FIG. 1 is a schematic diagram showing a known output circuit for a solid state imaging device.
FIG. 2 shows the signal waveform (FIG. 2(A)) developed by the known circuit of FIG. 1 and illustrates (FIGS. 2(B), 2(C)) the points at which the waveform may be double sampled to obtain an image signal difference waveform (FIG. 2(D)).
FIG. 3 is a block diagram of a known circuit for performing correlated double sampling of the waveform of FIG. 2(A) according to the sample waveforms of FIGS. 2(B) and 2(C).
FIG. 4 is a block diagram of a video signal processing circuit incorporating the present invention.
FIG. 5 is a schematic diagram of an embodiment of the correlator circuit of the present invention.
FIGS. 6 and 7 show waveform diagrams useful in explaining the operation of the correlator circuit of FIG. 5.
Although a preferred embodiment of the present invention will be described below with specific reference to image signal processing, it will be understood that the correlator circuit of the present invention may be used to remove noise from any signal.
Referring now to FIG. 4, there is shown an image signal processing circuit incorporating a correlator circuit according to the present invention. As shown, a solid state image sensor 30 (such as a CCD or MOS sensor) produces an image signal such as shown in FIG. 2(A). The image signal has a pixel period including a first interval with a reset signal value (reset voltage) and a second interval with an image signal value (image voltage). Noise which is present in both of the pixel intervals is eliminated by passive correlator circuit 32. The output of correlator circuit 32 is a signal representing the pixel image information without low frequency noise. This analog signal is sampled and converted to a digital signal by analog-to-digital converter 33.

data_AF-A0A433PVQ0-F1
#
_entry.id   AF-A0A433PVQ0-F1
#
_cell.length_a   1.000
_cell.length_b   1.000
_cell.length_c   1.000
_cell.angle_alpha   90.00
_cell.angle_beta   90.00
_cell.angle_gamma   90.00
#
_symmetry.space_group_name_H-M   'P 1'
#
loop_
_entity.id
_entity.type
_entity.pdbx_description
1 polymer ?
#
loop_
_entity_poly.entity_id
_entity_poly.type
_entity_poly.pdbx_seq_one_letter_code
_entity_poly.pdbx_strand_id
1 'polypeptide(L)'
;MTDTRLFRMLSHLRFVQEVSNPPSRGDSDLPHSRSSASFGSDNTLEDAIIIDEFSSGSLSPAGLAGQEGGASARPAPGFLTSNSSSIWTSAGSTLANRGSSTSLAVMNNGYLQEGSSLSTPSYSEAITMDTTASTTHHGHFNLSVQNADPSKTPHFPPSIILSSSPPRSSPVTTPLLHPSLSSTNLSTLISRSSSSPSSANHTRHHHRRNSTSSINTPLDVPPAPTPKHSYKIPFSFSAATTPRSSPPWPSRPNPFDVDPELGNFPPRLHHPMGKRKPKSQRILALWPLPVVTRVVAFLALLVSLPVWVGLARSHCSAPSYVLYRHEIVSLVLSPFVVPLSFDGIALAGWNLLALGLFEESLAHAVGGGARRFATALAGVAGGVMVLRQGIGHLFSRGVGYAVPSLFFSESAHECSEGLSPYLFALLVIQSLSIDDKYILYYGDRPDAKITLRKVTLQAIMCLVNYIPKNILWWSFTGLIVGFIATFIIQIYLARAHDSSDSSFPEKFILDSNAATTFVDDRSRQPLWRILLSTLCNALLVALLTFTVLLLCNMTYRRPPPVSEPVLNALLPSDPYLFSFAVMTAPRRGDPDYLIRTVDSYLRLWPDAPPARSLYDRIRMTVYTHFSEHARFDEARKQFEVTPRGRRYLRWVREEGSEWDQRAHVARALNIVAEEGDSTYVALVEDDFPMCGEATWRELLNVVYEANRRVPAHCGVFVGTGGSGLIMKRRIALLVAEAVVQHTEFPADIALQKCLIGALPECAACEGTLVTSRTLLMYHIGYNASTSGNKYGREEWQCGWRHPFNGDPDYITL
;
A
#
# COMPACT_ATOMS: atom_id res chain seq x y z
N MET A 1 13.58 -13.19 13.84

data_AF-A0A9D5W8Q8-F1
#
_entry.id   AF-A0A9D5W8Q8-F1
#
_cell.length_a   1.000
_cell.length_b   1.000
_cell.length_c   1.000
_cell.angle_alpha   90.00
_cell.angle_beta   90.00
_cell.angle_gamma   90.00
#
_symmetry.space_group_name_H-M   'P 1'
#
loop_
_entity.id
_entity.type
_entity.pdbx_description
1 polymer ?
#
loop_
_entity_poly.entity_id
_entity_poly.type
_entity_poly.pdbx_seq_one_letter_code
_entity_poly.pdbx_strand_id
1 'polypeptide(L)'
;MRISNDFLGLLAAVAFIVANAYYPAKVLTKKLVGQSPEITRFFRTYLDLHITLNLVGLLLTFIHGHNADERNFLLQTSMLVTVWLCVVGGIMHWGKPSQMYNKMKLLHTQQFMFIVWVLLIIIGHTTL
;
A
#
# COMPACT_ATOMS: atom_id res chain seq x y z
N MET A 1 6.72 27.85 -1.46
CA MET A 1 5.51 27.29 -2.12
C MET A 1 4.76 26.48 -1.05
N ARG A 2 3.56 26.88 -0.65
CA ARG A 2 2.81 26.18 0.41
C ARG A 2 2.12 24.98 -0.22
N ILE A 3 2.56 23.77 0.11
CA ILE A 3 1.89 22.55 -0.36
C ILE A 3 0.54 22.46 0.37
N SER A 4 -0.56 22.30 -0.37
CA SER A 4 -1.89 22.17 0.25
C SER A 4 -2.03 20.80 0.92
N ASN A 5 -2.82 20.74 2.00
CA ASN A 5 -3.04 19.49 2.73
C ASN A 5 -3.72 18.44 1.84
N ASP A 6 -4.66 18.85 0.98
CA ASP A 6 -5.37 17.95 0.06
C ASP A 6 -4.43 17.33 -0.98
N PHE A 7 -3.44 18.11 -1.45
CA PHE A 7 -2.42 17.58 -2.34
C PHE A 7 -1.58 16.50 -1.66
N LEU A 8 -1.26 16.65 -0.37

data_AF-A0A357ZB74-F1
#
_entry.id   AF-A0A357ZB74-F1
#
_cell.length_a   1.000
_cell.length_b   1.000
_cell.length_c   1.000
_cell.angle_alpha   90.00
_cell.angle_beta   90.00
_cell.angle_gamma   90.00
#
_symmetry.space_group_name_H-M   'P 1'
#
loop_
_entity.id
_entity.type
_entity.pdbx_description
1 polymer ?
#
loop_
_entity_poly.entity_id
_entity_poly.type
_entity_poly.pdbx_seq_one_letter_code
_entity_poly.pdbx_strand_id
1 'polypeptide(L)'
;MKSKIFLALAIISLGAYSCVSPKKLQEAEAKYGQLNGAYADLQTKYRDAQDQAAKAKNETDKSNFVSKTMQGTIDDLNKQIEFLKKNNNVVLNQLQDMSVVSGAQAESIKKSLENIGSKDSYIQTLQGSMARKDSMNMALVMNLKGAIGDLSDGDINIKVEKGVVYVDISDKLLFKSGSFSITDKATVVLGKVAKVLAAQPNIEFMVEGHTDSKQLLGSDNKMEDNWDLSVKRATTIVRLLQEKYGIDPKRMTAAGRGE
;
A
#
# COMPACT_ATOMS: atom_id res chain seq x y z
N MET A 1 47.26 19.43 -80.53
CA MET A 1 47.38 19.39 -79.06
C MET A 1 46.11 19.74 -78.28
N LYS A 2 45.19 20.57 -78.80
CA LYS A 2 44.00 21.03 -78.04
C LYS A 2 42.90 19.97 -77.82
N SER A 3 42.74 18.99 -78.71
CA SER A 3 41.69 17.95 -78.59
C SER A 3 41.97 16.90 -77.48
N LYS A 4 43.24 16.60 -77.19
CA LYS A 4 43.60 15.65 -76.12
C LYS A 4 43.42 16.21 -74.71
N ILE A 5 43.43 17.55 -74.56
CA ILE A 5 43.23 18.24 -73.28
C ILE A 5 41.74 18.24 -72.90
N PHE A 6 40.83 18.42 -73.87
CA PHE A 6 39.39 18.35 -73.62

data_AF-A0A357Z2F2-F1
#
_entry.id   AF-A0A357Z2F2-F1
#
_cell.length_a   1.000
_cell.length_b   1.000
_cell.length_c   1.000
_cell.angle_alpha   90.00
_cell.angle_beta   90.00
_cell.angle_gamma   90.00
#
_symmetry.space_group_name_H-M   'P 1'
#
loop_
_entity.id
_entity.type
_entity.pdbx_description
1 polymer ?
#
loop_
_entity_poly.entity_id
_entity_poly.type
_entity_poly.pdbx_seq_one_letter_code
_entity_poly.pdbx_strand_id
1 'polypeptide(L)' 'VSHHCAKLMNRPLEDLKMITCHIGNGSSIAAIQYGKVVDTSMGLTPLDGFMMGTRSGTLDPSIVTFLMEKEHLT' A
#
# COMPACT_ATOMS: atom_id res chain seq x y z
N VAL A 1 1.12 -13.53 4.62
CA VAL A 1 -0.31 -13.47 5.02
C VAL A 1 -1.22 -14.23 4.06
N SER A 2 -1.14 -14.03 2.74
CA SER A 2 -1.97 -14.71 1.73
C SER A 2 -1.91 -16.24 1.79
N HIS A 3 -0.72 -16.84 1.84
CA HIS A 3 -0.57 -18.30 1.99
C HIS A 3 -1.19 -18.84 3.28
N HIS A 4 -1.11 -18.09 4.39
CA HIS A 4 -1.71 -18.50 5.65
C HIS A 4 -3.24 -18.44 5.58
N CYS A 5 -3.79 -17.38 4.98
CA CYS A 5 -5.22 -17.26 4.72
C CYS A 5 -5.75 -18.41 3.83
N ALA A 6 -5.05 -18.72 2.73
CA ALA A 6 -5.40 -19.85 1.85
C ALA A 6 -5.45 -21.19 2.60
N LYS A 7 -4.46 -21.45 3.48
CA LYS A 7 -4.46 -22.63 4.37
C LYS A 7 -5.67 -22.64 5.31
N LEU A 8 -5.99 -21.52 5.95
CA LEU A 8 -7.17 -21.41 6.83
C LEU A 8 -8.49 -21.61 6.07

Referring now to FIG. 5, there is shown a preferred embodiment of correlator circuit according to the present invention. As shown, correlator circuit 32 includes an input section 34 which receives an analog signal Ein (image signal) at terminals 35, 37 having a period including a first interval with a first signal value and a second interval with a second signal value. In the preferred embodiment shown in FIG. 4, the analog input signal is an image (pixel) signal. Correlator circuit 32 also includes a low pass filter section 36 and an output section 38 for outputting a noise free signal which is a function of the difference between the first and second signal values. Input section 34 includes a series capacitor 40 and a parallel input resistor 42. The low pass filter section 36 is a low pass filter including at least one L-C section of series inductor 44 and parallel capacitor 46 (44',46'). Output section 38 outputs output signal Eout at output terminals 48,50 of output resistor 52. Resistors 42 and 52 preferably have the same values.